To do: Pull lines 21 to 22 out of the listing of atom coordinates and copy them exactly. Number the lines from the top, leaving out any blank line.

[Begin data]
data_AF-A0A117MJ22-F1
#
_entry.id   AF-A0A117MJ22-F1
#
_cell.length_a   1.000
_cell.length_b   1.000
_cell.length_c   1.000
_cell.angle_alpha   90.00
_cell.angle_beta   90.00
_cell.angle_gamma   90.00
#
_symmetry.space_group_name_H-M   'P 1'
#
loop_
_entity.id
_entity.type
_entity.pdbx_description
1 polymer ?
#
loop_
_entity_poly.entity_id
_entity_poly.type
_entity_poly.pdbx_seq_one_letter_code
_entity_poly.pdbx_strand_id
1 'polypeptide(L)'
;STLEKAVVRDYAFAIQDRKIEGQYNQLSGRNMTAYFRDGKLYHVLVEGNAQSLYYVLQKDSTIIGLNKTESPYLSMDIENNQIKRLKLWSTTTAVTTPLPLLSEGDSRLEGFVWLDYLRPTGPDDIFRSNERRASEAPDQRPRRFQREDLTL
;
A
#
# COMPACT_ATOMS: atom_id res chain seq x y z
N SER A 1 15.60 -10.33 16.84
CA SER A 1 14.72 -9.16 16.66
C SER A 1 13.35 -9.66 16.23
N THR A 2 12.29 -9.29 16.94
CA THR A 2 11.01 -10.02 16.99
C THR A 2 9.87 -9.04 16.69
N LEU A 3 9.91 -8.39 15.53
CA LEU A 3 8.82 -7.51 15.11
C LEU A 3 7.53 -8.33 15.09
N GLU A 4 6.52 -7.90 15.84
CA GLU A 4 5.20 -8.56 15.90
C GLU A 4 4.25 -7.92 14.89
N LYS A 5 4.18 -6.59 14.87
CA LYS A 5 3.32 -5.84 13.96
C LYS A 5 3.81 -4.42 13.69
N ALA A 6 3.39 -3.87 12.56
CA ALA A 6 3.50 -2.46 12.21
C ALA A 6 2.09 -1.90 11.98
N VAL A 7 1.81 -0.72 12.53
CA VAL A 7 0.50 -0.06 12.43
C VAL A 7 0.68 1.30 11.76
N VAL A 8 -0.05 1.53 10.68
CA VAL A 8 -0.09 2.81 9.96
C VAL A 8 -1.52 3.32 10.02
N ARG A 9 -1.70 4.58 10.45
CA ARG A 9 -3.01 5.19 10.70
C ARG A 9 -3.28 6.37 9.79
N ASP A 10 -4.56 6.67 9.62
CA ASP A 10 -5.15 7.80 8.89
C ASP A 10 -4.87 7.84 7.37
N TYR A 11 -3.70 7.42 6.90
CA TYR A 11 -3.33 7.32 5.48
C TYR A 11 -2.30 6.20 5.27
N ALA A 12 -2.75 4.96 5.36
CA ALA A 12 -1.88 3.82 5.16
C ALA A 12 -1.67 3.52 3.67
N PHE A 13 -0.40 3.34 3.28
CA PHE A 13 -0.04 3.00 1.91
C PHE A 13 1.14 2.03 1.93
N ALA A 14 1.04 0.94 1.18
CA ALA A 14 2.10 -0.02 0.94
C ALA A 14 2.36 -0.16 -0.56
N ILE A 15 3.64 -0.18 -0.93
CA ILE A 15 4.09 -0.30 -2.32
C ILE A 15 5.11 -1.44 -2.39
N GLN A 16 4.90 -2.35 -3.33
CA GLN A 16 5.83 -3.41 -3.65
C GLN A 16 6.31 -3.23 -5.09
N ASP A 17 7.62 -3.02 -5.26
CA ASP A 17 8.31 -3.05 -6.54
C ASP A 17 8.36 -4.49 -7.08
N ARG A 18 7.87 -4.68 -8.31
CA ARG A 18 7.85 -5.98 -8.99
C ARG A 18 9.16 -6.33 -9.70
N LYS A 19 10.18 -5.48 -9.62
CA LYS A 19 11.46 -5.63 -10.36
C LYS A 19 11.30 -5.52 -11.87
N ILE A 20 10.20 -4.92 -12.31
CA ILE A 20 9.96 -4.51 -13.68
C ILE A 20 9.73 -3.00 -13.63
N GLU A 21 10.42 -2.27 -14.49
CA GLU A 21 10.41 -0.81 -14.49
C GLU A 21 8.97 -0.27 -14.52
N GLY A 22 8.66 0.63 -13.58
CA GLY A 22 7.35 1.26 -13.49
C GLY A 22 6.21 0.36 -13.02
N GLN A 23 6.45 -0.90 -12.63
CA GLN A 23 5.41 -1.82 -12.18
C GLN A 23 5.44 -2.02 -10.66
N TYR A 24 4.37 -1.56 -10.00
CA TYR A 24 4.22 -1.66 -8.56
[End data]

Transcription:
_entity_poly.entity_id
_entity_poly.type